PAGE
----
Matt Damon Reveals He Got The Same Tattoo As Heath Ledger: 'It's Like An Angel'

"I just wanted to get something that Heath had," the actor said of his late co-star.

At this point, the words “Matt Damon” and “press tour” should send a slight shiver down your spine, given the actor’s many and well-covered public blunders as of late.

Weeks after the debacle where Damon said his daughter had only recently educated him about not using a homophobic slur, the Oscar winner has somewhat surprisingly agreed to participate in another interview ahead of the release of his new film, “The Last Duel,” in which he co-stars alongside Ben Affleck.

Heath Ledger and Matt Damon pose for a photocall of "The Brothers Grimm" at the Venice International Film Festival in 2005.
Heath Ledger and Matt Damon pose for a photocall of "The Brothers Grimm" at the Venice International Film Festival in 2005.

Since movies ― even ones with hilariously terrible wigs ― don’t promote themselves, Damon opened up in a wide-ranging GQ profile, published Wednesday, about practically everything except his most recent controversy, which he declined to further address. Readers did, however, glean a few personal and previously unknown tidbits about Damon, including the meaning behind his tattoos and how he operates a “very private Instagram account.”

In the profile, Damon revealed that the “strange loopy line” on his upper right arm is the same ink that Heath Ledger, who starred alongside Damon in the 2005 fantasy film “The Brothers Grimm,” once had on his own shoulder.

When he decided to get his first tattoo, Damon said he reached out to a friend “who did all of Heath Ledger’s tattoos,” and zeroed in on the symbol.

“That’s something that Heath had on his arm,” Damon explained. “Heath was an incredibly restless, creative person. Like, I talked to the person who did his hair on ‘The Patriot’ and she said he hated sitting still so much ‘that by the time I got the wig on and I set it and everything, and I’d finished, he’d get up and there would be a sculpture of bobby pins that he’d done.’ He was really sensitive. This stuff just flowed out of him. He was really special.”

“I just wanted to get something that Heath had,” he continued. “Scott [the tattoo artist] showed me his laptop and I said, ‘Scott, what’s that one?’ And he goes ‘I have no idea ― I think that’s just some shit that Heath squiggled.’ And I went, ‘That’s the one I want.’”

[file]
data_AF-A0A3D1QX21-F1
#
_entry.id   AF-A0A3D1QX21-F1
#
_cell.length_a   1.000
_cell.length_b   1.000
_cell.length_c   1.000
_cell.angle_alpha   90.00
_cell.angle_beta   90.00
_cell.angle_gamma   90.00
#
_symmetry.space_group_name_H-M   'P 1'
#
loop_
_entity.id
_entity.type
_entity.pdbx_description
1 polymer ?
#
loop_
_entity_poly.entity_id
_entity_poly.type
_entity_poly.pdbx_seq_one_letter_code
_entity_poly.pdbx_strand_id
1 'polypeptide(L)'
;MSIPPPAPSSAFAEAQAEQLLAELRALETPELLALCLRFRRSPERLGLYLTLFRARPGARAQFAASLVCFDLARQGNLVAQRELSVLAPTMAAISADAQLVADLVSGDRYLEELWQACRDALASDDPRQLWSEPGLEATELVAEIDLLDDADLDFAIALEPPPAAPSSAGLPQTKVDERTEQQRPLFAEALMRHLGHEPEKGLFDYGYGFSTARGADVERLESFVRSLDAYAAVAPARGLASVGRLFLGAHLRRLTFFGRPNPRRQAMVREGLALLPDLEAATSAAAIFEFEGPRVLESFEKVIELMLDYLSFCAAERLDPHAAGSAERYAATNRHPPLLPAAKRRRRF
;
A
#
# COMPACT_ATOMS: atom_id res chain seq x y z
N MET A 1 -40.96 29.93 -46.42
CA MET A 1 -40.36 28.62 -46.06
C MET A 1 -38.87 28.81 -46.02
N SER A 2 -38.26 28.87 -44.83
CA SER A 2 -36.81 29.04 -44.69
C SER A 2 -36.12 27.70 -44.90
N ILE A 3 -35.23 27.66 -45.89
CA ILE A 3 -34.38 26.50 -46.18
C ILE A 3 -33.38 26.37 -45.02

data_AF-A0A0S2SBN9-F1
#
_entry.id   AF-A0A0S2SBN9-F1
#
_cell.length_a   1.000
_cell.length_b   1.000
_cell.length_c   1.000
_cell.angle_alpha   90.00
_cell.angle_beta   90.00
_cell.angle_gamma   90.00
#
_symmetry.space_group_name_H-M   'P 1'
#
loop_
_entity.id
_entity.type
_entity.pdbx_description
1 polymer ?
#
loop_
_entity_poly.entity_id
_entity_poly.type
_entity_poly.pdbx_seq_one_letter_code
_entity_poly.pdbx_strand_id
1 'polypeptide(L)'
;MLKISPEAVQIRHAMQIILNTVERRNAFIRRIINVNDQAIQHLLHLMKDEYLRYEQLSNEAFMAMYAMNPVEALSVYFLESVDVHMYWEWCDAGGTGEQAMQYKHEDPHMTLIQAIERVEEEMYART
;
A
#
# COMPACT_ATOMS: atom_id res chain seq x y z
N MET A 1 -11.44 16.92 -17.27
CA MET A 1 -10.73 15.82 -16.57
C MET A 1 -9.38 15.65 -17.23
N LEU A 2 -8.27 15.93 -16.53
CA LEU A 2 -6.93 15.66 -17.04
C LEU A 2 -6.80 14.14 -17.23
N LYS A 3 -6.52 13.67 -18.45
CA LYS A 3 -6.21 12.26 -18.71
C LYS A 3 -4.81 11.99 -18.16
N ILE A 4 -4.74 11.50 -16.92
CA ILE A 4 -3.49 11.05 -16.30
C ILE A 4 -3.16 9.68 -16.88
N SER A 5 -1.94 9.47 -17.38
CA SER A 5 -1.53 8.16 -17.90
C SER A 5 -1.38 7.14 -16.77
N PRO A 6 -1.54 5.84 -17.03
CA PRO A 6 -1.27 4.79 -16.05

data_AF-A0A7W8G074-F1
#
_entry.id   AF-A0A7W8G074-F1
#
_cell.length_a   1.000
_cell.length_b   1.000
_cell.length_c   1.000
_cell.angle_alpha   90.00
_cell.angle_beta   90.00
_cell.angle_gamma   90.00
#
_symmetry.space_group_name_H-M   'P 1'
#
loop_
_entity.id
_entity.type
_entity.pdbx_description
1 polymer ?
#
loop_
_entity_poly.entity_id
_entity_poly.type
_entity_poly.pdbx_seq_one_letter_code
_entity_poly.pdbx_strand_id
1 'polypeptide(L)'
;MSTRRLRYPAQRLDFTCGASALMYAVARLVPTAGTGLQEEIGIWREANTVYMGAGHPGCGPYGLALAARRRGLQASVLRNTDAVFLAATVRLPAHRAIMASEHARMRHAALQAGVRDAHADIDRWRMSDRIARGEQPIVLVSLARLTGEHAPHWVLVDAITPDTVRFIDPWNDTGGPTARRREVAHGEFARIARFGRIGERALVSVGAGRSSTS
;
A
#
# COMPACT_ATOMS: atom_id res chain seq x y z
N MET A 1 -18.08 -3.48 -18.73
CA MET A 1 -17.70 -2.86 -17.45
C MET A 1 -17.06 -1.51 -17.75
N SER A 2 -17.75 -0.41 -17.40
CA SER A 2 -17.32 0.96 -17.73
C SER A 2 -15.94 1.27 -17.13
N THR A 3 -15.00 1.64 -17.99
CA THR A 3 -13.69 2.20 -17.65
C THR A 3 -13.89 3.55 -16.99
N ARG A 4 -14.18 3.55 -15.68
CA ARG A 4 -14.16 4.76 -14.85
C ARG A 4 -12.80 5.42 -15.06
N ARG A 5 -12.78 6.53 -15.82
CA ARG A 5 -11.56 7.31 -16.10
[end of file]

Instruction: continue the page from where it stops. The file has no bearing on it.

Years later, Damon added the names of his four daughters written in fine-line cursive alongside the Ledger-inspired tattoo, which his wife, Luciana Barroso, also got inked on her foot.

“So we both have that,” Damon said. “It’s like a little creative little blessing. It’s like an angel that looks over all these names that are on the arm.”

Damon has spoken before about his attachment to Ledger, who died in 2008 of an accidental prescription drug overdose. He told GQ in 2016 that Ledger was “too bright for this world” and that his death was “just fucking pointless.”

“There were things that he did where I couldn’t have got there in three lifetimes. And there were ways in which he was like a puppy dog,” Damon said at the time. “You wanted to protect him.”

Damon and Ledger pictured together at the premiere of "The Brothers Grimm."
Damon and Ledger pictured together at the premiere of "The Brothers Grimm."
J. Merritt via Getty Images

Elsewhere in the new GQ interview, Damon addresses the various waves of backlash he’s received in recent years, saying that people’s criticism of his comments “makes me hopefully more aware.”

“It’s hard to take punches for things... the person that they were saying, ‘He’s tone-deaf, and he’s...’ you know, I don’t like that guy either,” he said. “So it’s hard to hear those things about yourself.”

That’s why Damon has largely stayed off social media ― though he did admit to having a secret Instagram account (“I have 76 followers and I’ve done 40 posts since 2013”), in case any internet sleuths have some extra time on their hands.

“I just never saw the point,” he said of social media. “And I feel better and better about that decision as time goes on. I understand wanting to be connected to everybody on Facebook, but my life is so full and I’m connected, really, to everybody I need to be connected to. And then Twitter, I just reflexively didn’t believe that my first knee-jerk response to something was necessarily something that should go all over the world.”

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